On 9/25/2013 10:27 PM, chris peck wrote:
Hi Liz

Interesting. There's another thought experiment, or gambit, MWIers raise involving quantum immortality.

In this, some quantum event at time t triggers a gun to shoot (or not shoot) 
the MWIer.

Traditionally, MWIers argue the only reason they would not take the gambit is because they would leave behind grieving family in one MWI branch. They are not in any doubt over whether they would survive in the other branch. Thus, in this case the probabilities are governed by a conjunction. They are both convinced they will be killed and convinced they will survive. There is no 1-p indeterminacy about either prior to the quantum event.

Now the logic of q-immortality and your MWI analog of Bruno's thought experiment seem to me to be the same. But, the MWIers apparently treat the two inconsistently. How can one be uncertain about whether one will be in Moscow in one experiment but certain about surviving in the other? Do you see my problem?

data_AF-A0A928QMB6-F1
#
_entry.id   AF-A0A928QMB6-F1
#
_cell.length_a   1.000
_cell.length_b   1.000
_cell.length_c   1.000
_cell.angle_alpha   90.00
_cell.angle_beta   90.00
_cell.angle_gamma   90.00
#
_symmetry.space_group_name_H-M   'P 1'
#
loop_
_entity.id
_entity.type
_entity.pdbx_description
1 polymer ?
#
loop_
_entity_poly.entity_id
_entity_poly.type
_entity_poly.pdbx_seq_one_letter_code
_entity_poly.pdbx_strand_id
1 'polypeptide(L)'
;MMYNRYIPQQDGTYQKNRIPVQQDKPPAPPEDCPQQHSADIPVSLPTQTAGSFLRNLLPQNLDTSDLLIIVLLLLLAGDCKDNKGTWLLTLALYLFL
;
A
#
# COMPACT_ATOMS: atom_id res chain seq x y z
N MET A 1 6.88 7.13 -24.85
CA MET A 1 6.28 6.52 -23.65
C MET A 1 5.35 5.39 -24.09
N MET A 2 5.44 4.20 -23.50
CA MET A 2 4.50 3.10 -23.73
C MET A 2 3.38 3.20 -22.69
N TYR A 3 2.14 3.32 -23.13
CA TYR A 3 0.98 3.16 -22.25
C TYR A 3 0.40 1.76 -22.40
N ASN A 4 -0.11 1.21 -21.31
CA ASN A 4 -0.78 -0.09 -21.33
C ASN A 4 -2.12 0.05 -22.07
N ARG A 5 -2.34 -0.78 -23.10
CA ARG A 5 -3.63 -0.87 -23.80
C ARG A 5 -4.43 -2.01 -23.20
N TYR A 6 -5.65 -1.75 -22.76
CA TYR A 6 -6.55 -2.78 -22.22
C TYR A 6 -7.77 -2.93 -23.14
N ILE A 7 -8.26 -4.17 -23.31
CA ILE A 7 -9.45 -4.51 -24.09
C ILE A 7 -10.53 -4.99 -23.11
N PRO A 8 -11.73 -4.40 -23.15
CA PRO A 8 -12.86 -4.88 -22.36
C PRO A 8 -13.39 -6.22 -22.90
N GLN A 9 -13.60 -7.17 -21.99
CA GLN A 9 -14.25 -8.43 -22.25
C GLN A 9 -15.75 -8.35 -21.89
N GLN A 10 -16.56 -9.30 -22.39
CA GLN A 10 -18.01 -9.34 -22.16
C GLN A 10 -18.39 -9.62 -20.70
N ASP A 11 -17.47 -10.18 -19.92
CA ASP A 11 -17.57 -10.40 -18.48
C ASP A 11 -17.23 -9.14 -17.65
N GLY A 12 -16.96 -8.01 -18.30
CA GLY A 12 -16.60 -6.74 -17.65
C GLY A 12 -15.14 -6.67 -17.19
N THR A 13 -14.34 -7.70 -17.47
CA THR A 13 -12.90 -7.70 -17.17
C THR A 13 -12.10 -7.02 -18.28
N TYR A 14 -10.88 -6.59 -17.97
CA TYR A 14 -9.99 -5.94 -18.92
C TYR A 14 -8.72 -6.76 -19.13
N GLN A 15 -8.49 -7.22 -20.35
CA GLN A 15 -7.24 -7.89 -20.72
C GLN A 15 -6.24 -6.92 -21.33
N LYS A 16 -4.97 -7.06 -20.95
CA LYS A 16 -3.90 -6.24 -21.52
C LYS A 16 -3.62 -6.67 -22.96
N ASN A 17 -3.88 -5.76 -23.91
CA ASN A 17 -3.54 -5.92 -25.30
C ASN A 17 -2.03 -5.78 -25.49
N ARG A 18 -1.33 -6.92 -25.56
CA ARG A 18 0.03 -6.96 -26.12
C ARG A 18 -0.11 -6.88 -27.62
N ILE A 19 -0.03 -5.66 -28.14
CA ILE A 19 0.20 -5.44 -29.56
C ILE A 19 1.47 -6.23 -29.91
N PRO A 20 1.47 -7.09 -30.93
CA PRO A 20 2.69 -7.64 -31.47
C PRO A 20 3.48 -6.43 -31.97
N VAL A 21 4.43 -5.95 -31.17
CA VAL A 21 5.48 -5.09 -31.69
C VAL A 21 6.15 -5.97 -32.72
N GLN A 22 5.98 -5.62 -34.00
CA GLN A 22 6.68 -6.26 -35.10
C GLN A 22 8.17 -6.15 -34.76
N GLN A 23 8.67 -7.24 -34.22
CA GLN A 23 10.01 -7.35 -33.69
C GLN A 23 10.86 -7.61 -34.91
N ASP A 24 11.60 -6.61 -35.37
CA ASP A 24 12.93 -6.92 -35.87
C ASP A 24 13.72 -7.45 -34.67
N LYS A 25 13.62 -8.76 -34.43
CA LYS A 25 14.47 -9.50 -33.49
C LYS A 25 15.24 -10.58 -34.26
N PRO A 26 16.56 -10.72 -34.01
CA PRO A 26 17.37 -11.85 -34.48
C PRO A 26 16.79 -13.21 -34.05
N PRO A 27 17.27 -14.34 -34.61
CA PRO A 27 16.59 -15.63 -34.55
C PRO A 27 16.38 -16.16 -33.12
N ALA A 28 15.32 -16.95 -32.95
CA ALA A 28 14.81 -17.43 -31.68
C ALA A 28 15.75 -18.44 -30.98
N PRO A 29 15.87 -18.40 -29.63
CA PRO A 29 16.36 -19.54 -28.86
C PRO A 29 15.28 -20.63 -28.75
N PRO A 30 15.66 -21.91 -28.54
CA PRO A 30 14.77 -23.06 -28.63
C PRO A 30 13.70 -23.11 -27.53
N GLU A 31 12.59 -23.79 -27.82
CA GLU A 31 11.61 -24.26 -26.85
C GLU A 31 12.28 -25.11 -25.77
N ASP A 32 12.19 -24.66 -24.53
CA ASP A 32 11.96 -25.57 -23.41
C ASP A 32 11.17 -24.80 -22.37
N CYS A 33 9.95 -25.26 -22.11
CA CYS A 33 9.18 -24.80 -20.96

It's a question of what you care about. If you care about the future measure of 'you' then quantum suicide is a bad idea; and generally you act as if you do care about this measure in classical probability.

Another reason might come from reading Robert Charlies Wilson's "Divided by 

"I do not fear death, in view of the fact that I had been dead for billions and billions of years before I was born, and had not suffered the slightest inconvenience from it."'
    --- Mark Twain

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